Carrott was a trailblazer
When Ann Carrott began her career 38 years ago, gender was a huge issue. There weren't many female lawyers and there definitely weren't many female judges.
But times have changed, and during her last week sitting behind the bench as a Douglas County District Court Judge, Carrott realized as she looked out over her courtroom that everyone — the lawyers, bailiffs, court reporter — were all women.
"There have been changes, although it seems slow," she said. "We still have to pay attention and be vigilant."
As a woman in the judiciary system, Carrott admitted she was in on "a lot of firsts." In fact, she was the first female Douglas County attorney, and the first woman president of the Minnesota County Attorneys Association.
In 1989, when her son Mark was born, Carrott said it made front-page news because she was the county attorney and she had a baby.
"Times were different then," she said. "That wouldn't make the news today."
In March, Carrott announced her retirement because she said the timing felt right. Her last day behind the bench was Friday, June 8. Gov. Mark Dayton has appointed Michelle L. Clark as a district court judge in Minnesota's Seventh Judicial District and she will be Carrott's replacement.
A look back
After graduating from Hamline Law School in 1980, Carrott served as an assistant county attorney in Morrison County for three years. Law school was not in her original plans, but with life's twists and turns, it is where she ended up.
"I went to college thinking I would be a doctor," she said, laughing. "But my law career just ended up developing because I had an interest in criminal law."
After a three-year stint in Morrison County, Carrott moved to Douglas County where she worked as the county attorney from 1984 to 1996. She then went into private practice and worked at the Swenson Lervick law office for the next decade.
After watching judges for so many years, her interest was piqued because, she said, "I had a desire to be the neutral party."
In 2007, Carrott was appointed a district court judge by Gov. Tim Pawlenty and was elected to the position one year later.
Changes and challenges
In looking back over her judicial career, Carrott said the types of cases have remained the same but that the number of cases has risen dramatically and the complexity of the cases has increased.
"The proliferation of mental health issues dominates in the courtroom," she said. "Also, meth issues seem to permeate into everything and we see it daily in our cases."
The number of disruptive incidents has also increased because of the intense and stressful situations surrounding mental health and/or drug-related issues. As a direct result, she has had to deal with more verbal attacks in the courtroom.
"I've learned not to take it personally," she said. "And frequently, people have apologized to me and to the whole courtroom after an incident has happened."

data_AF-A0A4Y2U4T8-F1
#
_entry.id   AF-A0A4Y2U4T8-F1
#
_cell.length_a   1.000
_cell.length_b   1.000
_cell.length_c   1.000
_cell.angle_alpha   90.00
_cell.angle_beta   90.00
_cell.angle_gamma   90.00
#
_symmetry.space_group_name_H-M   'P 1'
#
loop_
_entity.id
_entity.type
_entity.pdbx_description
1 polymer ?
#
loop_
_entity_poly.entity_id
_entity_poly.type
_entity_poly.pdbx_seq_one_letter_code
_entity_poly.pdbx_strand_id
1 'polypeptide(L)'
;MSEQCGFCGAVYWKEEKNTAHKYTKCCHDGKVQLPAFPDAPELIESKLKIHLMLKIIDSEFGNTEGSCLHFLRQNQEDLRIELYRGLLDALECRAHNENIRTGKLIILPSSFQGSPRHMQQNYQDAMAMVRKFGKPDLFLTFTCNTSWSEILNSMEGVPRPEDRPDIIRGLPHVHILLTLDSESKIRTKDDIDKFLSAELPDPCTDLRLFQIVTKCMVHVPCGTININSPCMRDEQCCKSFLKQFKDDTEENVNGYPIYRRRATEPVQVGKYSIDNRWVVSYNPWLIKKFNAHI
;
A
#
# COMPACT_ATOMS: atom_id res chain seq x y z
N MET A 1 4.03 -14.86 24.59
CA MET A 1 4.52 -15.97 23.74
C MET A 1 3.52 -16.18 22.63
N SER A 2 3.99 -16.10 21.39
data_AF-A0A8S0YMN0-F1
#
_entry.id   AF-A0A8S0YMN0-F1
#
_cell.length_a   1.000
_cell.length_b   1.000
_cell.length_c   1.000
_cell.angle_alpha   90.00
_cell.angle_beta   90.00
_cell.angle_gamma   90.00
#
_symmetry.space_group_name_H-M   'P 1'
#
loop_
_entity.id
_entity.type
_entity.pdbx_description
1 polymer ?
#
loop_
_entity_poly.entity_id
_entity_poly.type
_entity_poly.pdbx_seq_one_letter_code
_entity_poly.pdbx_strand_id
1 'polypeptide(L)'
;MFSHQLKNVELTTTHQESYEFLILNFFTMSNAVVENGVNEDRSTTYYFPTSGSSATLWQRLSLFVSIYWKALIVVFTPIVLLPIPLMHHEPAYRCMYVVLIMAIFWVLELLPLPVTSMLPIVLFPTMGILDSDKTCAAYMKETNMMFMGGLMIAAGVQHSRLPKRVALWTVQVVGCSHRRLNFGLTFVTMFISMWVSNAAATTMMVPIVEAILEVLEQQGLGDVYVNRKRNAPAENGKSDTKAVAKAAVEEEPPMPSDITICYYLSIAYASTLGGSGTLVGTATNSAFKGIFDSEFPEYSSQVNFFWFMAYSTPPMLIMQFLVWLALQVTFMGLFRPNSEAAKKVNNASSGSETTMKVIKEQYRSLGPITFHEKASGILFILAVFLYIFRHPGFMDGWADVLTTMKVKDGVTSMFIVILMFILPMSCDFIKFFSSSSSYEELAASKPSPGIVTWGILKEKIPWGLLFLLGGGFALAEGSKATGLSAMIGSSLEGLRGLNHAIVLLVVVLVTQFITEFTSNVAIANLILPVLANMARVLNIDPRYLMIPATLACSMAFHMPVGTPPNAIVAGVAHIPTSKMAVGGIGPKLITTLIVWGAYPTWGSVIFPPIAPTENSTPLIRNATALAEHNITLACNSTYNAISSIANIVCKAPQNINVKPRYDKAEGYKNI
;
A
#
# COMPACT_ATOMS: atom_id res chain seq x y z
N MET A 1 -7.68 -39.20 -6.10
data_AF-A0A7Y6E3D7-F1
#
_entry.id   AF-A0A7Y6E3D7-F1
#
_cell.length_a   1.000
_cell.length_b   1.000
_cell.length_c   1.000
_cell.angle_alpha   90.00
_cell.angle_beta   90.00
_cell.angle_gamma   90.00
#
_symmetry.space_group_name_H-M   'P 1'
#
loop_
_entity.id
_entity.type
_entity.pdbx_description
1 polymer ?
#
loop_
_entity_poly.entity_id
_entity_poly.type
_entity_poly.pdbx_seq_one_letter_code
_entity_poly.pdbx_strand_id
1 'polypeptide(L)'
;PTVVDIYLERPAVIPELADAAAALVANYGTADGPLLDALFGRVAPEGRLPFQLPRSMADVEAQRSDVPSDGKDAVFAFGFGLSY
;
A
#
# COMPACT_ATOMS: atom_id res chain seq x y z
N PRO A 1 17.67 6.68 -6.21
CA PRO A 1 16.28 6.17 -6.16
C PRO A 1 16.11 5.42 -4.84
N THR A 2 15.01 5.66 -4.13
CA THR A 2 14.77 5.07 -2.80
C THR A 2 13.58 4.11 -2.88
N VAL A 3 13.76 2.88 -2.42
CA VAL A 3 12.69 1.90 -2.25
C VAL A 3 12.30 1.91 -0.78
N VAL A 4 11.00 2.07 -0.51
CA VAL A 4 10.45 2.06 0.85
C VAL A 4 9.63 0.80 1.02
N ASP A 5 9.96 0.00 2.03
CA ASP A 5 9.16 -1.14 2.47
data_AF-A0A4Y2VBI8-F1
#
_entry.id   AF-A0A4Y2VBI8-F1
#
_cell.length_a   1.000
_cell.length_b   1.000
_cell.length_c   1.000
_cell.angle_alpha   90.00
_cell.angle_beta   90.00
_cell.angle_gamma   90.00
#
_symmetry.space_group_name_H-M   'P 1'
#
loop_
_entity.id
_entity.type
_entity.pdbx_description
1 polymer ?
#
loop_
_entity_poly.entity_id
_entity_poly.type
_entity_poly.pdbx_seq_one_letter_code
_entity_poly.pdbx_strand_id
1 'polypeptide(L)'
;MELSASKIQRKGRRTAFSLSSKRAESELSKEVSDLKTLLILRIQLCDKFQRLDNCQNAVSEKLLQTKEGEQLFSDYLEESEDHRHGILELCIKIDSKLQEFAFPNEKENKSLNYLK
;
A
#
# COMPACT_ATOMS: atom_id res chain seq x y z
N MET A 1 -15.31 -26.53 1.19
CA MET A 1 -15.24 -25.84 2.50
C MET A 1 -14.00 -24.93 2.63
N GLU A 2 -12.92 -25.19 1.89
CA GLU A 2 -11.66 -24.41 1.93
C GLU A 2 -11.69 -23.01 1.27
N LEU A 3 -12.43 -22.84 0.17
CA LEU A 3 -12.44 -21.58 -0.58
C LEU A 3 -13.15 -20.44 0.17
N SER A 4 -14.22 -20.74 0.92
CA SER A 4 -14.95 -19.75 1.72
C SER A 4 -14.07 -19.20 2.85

As a judge, one of the many challenges Carrott faced were cases that involved children. Those are the ones, she said, that were the most difficult.
"The cases involving children stick with you," she said. "And so do the cases involving a significant death or when people are injured and are suffering."
Over the course of the past 11 years, technology has continued to morph and at times presented challenges, but Carrott said, "We have to adapt and change along with it."
When people testify that they talked to someone, that does not necessarily mean it was verbally. It could mean texting, Facebook or Instagram messaging or some other social media communication.
"Sometimes, that can be critical to a case," she said. "Technology changes how we look at evidentiary information and how information comes to us."
Carrott doesn't have any definite plans for her retirement.
"My husband and I like to travel, but we don't have any specific plans," she said, adding that her husband has been retired since she began her career as a judge. "And I am retiring just as my son is starting his MBA at Northwestern."
For the next two years, Carrott said, she will serve as a senior judge and will help out when needed. As a senior judge, she will be assigned to a specific case and won't have to be on call for when a search warrant is needed, a task she said she won't miss.
However, she will miss all the people who work in and out of the courtroom.
"They are all professionals and I will miss working with them on a daily basis," Carrott said.
She said working as a judge has been a privilege — a privilege, she added, that very few attorneys end up having in their careers.
As a judge, Carrott said she has tried to create the best results possible based on admissible information, and that her job was not an easy one.
"I would take the time to look at and read everything regarding a case, whether it was conciliation court or a murder case, so that I could make a rational decision and not just a knee-jerk reaction," Carrott said. "I tried to do the best I could."
When asked if there is one thing she is looking forward to in her retirement, Carrott smiled and said, "I can go see the dentist now in the middle of the day."